We had to alter course to dodge the motorboat that's coming at us full throttle. What the hack? We are sailing, we have right away. And what do they want anyway?

They finally turn a little but as they come close wave at us warmly yelling loud "hello hello". Even a last hail of hello on the VHF radio, and they turn around. Apparently, they had just come to greet us! We suspect it's this Enrique fuel guy who is referred to on Navionics as the English person to contact if you want to get fuel. According to what we've read and heard, Turtle Bay is the place along the coast where most yachts refuel.

The wind is still pretty strong and we are making good progress upwind towards the anchorage on the North side of the Bay, by the village. We have two reef in the main. Getting close, we start furling the jib, but it's not coming easily. Yalçın goes on deck to check the furling drum and it's has rotated half a turn. It's worrisome because that is the part that tensions the forestay (the cable that holds our mast at the front). To relieve the load of the forestay, we head downwind. The main load on the mast is now on the backstay. Yalçın is eventually able to tidy up the situation at the bow and furl our headsail while I keep steering downwind as the light goes down.

The trip that was so close to being over, is not anymore. We now have to beat up against a good 20 knots gusting 25, with the hugly pointing angle that the main sail only gives you close hauled. Our VMG is aweful! But we made it finally, with a nice lift when the wind finally diminished as we reached the protection of the anchorage. I must admit I thought about firing up the engine to support the sail and end our sufferings earlier. Yalçın insisted on trying a little longer, just to see, in case in the future motoring is not an option. Of course the way to go, glad we did it in the end.

The next morning, a man in a panga approached Yalçın who was in the cockpit to ask if we needed fuel. He also warned us not to leave our dinghy on the beach as one got stolen there recently. The alternative was to tie to the pier. After a lazy morning and beginning of afternoon, we decided to go for a late tacos lunch on-shore. So off we went to dinghy to the pier. We were happy to get rid of our one week trash as well (we hadn't resolved ourselves to dispose it on the island as they probably don't know what to do with garbage. Not recycling is already painful enough on our eco-friendly consciousness!). Jesus was probably also happy as he walked to us on the pier and collect our generous 50 pesos tip in exchange of the disposal of our trash bag in his large bin.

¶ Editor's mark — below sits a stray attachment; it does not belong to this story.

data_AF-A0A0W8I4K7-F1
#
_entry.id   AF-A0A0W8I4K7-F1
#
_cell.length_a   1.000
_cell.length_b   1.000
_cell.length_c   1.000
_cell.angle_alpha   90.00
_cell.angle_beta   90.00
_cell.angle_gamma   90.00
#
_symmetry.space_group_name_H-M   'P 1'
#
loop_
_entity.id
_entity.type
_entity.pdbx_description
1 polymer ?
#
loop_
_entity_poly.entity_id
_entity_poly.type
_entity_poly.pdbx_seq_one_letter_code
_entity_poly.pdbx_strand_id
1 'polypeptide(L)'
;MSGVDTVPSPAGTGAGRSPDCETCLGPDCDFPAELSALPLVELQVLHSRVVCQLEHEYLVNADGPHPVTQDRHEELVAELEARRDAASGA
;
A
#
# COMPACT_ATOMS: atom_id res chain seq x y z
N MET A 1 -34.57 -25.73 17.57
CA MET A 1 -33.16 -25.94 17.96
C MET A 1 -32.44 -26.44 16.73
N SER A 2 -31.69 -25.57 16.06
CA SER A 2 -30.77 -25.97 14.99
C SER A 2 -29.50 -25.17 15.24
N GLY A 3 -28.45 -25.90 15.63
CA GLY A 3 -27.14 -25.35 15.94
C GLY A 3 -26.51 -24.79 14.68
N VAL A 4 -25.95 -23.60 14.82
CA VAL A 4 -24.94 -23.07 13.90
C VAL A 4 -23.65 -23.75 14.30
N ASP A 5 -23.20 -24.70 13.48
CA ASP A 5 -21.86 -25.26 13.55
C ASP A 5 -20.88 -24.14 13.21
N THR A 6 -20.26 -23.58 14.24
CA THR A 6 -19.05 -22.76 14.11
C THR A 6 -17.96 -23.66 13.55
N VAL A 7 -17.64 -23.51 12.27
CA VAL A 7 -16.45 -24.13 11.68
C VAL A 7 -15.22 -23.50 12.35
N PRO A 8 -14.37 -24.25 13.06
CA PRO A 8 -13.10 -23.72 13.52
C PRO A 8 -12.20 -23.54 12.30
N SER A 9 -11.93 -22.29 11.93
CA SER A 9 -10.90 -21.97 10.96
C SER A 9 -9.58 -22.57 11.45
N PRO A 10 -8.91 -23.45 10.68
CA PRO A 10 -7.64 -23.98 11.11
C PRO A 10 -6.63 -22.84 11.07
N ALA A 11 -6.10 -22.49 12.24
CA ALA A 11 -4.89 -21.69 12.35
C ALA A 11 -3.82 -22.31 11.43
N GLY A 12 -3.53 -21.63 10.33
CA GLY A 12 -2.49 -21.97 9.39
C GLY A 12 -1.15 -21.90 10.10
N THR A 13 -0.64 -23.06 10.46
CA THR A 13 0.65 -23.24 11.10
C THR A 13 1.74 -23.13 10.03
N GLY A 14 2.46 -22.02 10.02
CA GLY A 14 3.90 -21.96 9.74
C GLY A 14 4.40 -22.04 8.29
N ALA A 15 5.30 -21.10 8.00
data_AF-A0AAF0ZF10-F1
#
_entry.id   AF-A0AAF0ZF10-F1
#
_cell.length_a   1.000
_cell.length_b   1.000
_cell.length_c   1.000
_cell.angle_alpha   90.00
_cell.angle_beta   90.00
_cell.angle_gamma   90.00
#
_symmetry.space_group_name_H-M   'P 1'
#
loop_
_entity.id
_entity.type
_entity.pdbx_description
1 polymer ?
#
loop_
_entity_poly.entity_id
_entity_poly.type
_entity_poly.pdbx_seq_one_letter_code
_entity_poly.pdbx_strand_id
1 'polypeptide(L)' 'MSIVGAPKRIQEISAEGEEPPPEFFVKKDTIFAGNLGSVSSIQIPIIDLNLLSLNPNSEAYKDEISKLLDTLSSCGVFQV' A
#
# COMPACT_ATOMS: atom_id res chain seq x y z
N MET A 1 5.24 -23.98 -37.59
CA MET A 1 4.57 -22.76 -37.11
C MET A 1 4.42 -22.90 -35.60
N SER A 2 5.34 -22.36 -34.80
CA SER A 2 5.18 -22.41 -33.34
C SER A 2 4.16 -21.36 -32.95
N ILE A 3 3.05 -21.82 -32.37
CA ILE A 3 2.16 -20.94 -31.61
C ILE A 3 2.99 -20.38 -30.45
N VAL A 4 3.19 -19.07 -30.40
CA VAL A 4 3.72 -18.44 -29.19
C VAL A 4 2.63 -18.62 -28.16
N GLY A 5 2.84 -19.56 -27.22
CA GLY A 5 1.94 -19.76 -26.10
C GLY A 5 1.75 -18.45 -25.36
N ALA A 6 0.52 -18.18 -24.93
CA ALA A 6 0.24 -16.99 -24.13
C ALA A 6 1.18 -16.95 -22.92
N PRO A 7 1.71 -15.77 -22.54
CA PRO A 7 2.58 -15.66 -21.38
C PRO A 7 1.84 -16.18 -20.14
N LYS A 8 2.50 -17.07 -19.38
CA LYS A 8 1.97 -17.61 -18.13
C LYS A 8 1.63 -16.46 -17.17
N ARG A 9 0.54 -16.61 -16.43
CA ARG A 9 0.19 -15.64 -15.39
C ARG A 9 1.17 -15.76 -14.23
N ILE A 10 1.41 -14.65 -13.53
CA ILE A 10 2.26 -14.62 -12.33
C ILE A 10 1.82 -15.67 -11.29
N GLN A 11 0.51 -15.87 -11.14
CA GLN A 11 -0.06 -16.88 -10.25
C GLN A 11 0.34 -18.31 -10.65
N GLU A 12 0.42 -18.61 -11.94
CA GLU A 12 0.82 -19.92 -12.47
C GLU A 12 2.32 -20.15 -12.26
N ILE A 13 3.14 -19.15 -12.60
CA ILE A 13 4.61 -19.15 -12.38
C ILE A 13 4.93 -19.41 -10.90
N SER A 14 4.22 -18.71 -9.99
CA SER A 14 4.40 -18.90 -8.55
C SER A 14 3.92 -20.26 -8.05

At the end of the pier, the beach. A man is sitting there drinking a beer and smoking, he seems oblivious of us which is good news as Yalçın explains that the panga guy of the morning also adviced not to talk to the men drinking on the beach. It feels like a 90s role play videogame!

To our left, a couple of what looked like restaurants on the beach and the perfect place to get a snack after our exploration. To our right the beach and dead ahead, half destroyed buildings. We'll learn later on that it's likely to be the old fish cannery that closed in the late 90s. A woman playing with kids offers help, not knowing what to ask, I declined. We ran into Jesus again and confirmed that the pier was a good place to leave the dinghy, he approved and even invited us for a coffee at his house later. How nice!

We managed to find our way to a dirt street through the ruin and we wandered in the town looking for places to lightly reprovision. Dirt roads with almost no one walking but four wheel drives occasionally passing by full of people. The town felt dead (was it because it's Sunday?) and driving around seemed to be the only activity. We found three stores, the most remote being at the beginning of a paved road, the famous Highway 1. The stores had some limited stock, most non perishables, but we still managed to find tomatoes, avocado, bread, potato chip and everything to have a Mexican snack at the boat, even made in Bahia Tortuga, Baja tortillas. Each of our purchase felt a little more precious than if bought in a supermarket as we are used to. We walked back to the beach, really wondering what the people who live here and that we saw park in front of these stores or liquor stores were doing all day.

Back at the beach, we decided to try the beach shack we had seen earlier. It had tables outside and really looked lovely. We climbed up the stairs and clumsily asked the kids who were inside if food was served here. The reaction wasn't as expected, it seemed to be a no. Half ashamed, we decided to retreat to the boat and share our tortillas, salsas and have a beer from the beautiful view of the cockpit.

At least, made in Bahia Tortuga

I don't really think we managed to figure Bahia Tortuga out. We had expected a lively little town from its status in the Baja-haha rally, from the pilot book or Navionics reviews. Was it COVID that killed the grove? We did hear some music coming from the town like the first night, so obviously, we had missed the fun.

Hidden Bouchon

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